World-famous (and now retired) photographer Jenvieve Adams has a debt to repay - and a soft spot for modern witches who have lost their way. Or so she thinks, until they actually show up.
Jennie is the newest guide for WitchLight, and her first two students are about to arrive. One is an obsessive psychologist with hidden layers under her repressed exterior. The other is a grown-up juvenile delinquent with a passion for words and a kick-ass biscuit recipe. Can Jennie help unlock their hearts?
©2011 Debora Geary (P)2015 Tantor
That's just it, the narrator did not enhance the story in the slightest. The narrator of the main stories, Martha Harmon Pardee, does a fantastic job with voices, intonation, and pacing. She is a big part of the pleasure of listening to the charming Modern Witch stories.
Aervyn. This is the sole character I thought the narrator 'nailed'. She did capture the extreme youth of the four-year-old witchling and brought him to life nicely. I wish he had more of a presence in this storyline.
Martha Harmon Pardee!
I'll buy the two remaining stories of this trilogy to complete the series, especially at the author has discontinued writing about these characters, but listening to them will probably only happen when I'm between new audiobooks.
I'm sure that Madeleine Lambert did her best, but monotone narration was never my thing, and the total departure of voices did not lend itself to pleasant listening.
This is a delightful book, but I found the narrator so annoying that I will not get the other audiobooks in this mini series. I'll read them, just not listen to them. The narrator for the other books (Modern Witch series, Witch Central series) is so delightful and captures children, male, and female voices delightfully. Here it felt really fake when the narrator was trying to do a man's voice, and she made Nat's voice overly yoga-dramatic. It definitely detracted from the story for me.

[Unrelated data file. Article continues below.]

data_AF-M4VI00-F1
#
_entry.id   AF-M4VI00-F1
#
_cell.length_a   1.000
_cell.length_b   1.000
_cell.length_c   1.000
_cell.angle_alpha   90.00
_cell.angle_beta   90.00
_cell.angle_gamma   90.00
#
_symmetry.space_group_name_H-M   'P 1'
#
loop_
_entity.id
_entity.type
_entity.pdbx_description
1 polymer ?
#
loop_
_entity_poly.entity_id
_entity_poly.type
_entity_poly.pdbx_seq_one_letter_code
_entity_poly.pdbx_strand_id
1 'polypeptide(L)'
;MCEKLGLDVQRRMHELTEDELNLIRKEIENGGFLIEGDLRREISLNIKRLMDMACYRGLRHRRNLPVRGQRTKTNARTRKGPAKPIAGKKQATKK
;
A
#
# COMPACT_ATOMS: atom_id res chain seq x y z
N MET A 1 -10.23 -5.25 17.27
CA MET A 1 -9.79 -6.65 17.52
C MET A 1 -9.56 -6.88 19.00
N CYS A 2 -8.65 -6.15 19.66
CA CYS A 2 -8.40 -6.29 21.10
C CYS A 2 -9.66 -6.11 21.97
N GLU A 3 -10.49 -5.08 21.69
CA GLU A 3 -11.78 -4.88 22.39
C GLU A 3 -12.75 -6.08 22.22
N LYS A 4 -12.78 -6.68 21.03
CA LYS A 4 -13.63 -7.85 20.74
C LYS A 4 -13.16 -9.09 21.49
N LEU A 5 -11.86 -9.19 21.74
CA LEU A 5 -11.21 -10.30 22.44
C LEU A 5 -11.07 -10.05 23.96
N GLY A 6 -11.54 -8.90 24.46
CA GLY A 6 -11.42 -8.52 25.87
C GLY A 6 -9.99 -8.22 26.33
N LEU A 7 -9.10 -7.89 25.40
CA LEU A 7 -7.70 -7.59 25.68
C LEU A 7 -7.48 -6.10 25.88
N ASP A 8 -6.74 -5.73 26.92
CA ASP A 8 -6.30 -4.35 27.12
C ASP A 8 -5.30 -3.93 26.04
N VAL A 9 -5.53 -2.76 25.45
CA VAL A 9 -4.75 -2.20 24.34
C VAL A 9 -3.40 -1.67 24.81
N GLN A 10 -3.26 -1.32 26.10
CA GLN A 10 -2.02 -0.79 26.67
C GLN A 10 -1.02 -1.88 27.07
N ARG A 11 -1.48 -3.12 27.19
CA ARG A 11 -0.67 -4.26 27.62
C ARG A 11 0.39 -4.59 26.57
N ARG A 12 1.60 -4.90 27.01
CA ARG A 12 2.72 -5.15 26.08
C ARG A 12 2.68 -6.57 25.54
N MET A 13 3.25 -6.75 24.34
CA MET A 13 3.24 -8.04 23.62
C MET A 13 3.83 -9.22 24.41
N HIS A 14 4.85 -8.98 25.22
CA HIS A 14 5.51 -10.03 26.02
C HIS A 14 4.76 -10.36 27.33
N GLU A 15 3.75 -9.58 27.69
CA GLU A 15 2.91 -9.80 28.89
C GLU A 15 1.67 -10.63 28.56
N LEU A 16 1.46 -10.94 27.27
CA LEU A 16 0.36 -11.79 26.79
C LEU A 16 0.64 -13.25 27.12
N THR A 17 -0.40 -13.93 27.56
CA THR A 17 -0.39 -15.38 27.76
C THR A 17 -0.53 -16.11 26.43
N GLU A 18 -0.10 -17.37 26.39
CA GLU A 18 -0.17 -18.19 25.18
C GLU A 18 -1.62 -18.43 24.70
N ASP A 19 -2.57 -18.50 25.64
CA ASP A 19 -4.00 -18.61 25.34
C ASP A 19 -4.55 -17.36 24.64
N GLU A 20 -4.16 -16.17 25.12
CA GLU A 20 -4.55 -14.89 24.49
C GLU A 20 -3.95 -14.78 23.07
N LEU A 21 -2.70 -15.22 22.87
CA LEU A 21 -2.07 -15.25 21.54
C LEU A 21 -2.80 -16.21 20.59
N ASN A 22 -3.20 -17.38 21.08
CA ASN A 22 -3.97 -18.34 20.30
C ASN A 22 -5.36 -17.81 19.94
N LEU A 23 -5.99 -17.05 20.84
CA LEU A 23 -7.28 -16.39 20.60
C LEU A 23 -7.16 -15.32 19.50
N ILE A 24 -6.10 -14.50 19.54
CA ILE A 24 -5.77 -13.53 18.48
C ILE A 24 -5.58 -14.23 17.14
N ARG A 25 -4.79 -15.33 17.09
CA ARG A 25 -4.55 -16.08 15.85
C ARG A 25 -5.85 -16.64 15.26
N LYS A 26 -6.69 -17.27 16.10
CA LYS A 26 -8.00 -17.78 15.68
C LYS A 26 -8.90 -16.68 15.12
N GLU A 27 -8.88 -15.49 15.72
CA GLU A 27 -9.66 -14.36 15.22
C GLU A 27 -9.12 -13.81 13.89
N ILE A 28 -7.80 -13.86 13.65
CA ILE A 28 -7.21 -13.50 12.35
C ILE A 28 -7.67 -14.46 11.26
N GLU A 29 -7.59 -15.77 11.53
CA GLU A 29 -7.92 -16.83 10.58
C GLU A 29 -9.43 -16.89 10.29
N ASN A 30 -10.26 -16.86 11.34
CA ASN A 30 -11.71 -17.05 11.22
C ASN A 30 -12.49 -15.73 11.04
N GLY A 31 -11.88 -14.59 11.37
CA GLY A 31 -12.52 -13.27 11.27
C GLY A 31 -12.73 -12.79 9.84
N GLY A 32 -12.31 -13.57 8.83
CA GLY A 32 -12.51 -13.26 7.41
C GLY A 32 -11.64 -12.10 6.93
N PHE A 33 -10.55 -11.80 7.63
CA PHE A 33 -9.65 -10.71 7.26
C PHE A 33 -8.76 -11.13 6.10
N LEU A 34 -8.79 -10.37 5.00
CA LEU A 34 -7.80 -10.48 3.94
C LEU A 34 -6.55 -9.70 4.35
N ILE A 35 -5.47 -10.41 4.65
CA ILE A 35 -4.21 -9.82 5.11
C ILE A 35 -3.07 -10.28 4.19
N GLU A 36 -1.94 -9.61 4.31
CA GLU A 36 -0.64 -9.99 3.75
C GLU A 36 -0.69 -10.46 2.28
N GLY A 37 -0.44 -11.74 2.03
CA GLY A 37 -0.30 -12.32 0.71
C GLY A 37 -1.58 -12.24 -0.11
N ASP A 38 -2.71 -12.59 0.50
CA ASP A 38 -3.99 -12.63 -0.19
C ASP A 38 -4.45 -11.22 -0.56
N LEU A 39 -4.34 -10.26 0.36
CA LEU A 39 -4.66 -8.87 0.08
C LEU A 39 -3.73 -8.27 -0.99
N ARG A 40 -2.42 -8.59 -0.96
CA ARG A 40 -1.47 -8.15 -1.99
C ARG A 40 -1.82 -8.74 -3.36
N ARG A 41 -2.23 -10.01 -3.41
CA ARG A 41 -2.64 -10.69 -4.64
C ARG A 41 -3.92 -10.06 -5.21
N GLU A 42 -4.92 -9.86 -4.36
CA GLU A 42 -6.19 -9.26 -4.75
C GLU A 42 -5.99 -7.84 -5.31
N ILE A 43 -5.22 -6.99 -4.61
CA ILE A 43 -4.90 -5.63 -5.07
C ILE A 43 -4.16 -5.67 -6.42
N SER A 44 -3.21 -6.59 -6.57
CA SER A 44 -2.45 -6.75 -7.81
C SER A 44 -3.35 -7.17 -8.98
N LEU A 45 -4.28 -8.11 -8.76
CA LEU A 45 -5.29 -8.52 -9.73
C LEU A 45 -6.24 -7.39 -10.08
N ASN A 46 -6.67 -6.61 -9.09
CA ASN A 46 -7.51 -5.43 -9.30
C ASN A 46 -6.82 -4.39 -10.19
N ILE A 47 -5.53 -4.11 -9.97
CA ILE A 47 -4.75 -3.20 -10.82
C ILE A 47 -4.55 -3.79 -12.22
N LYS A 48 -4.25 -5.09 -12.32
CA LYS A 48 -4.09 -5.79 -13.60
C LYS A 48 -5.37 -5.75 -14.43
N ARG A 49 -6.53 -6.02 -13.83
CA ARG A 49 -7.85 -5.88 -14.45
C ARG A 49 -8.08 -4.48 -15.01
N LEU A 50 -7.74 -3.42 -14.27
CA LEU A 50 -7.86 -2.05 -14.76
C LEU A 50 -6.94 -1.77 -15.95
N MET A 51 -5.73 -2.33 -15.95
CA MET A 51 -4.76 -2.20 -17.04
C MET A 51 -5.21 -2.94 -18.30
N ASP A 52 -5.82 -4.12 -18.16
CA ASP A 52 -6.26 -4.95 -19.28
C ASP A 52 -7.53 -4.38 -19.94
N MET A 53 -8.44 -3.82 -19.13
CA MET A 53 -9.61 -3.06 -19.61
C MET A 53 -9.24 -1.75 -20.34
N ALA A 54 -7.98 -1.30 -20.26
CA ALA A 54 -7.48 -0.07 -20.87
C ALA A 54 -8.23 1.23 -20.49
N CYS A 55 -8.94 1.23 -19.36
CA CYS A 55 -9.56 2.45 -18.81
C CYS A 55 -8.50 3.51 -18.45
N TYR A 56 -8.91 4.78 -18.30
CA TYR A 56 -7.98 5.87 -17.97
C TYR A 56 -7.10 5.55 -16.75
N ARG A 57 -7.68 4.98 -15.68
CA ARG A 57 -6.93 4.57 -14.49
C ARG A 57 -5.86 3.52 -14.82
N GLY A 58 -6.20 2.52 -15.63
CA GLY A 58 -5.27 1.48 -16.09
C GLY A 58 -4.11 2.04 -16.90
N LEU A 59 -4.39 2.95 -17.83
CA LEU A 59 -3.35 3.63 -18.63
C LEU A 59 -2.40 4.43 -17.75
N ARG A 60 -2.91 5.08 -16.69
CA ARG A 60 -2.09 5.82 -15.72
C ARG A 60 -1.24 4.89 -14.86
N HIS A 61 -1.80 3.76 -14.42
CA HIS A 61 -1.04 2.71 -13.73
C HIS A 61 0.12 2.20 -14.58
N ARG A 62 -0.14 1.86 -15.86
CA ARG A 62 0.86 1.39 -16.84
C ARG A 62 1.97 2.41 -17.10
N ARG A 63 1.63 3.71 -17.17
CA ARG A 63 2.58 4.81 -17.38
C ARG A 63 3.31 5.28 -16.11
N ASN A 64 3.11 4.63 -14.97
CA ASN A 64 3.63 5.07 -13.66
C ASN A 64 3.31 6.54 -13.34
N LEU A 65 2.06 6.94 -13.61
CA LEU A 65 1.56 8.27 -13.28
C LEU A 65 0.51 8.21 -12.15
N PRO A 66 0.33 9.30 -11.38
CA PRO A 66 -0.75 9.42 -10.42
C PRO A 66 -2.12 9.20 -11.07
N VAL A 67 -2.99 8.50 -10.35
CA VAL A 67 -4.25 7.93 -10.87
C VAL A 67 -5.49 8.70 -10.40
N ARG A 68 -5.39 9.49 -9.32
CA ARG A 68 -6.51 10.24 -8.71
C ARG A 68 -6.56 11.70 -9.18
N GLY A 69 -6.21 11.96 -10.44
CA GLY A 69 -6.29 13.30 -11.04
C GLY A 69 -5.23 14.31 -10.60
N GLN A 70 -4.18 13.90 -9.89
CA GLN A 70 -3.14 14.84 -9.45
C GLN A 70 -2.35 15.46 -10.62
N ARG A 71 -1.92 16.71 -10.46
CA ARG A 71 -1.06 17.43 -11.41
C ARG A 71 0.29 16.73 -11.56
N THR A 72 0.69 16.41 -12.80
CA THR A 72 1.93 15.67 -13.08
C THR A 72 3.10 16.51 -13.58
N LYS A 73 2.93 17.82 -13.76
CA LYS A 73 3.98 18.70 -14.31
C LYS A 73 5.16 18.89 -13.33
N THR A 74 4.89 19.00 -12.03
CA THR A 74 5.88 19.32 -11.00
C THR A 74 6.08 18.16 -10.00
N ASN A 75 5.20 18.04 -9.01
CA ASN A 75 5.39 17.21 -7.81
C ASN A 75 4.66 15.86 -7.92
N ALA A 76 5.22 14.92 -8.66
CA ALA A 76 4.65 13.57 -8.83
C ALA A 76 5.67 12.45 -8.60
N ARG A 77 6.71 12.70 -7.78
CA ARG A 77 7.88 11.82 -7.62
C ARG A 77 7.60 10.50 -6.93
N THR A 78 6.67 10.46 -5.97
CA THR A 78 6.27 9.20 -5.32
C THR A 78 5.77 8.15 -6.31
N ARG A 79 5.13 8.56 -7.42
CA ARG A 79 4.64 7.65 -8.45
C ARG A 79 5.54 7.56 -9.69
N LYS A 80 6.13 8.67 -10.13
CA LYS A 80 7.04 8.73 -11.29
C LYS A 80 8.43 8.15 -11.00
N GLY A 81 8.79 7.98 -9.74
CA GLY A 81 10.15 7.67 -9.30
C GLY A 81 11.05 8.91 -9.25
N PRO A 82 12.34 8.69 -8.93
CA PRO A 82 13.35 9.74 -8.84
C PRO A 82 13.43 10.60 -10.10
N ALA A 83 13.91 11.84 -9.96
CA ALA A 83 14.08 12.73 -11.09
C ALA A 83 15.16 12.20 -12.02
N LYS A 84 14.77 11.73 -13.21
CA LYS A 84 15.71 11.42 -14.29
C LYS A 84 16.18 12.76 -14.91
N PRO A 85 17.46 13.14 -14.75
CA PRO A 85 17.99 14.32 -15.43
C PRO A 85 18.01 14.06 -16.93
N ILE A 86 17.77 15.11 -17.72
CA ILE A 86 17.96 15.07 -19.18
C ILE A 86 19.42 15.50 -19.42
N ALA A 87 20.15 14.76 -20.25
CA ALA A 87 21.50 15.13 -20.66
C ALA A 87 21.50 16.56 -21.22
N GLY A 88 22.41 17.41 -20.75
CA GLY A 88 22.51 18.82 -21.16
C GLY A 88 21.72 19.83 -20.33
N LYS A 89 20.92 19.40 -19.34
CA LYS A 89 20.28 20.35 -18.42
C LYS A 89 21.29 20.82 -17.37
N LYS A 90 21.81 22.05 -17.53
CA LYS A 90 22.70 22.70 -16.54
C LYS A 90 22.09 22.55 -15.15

Only my love of these charming and full-of-love witch books kept me through til the end. Otherwise I would have stopped after an hour.
Purchase the print version and skip the audio.
It was a well use of time since I liked the story when I read it before.
One of the most memorable things that I remember was when Lizard starts to seek out what she deserves.
Not at this time she is a different narrator then all of Debora Geary's other books. I have heard all of Geary's other books and was happy with Martha Harmon Pardee's performance and all of the voices of the characters sound really strange with the new narrator.
Mainly a fan of Fantasy, Sci-Fi, and Adventure genres. It helps if there is some comedy sprinkled in.
A very solid start to the spin-off series. I'm fond of the 'A Modern Witch' series and this doesn't disappoint. I was curious about Lizard, since she just appeared as an established character in the main series without introduction.
I haven't. However, she does a solid job of speaking clearly, though I admit to preferring Martha Harmon Pardee's performances.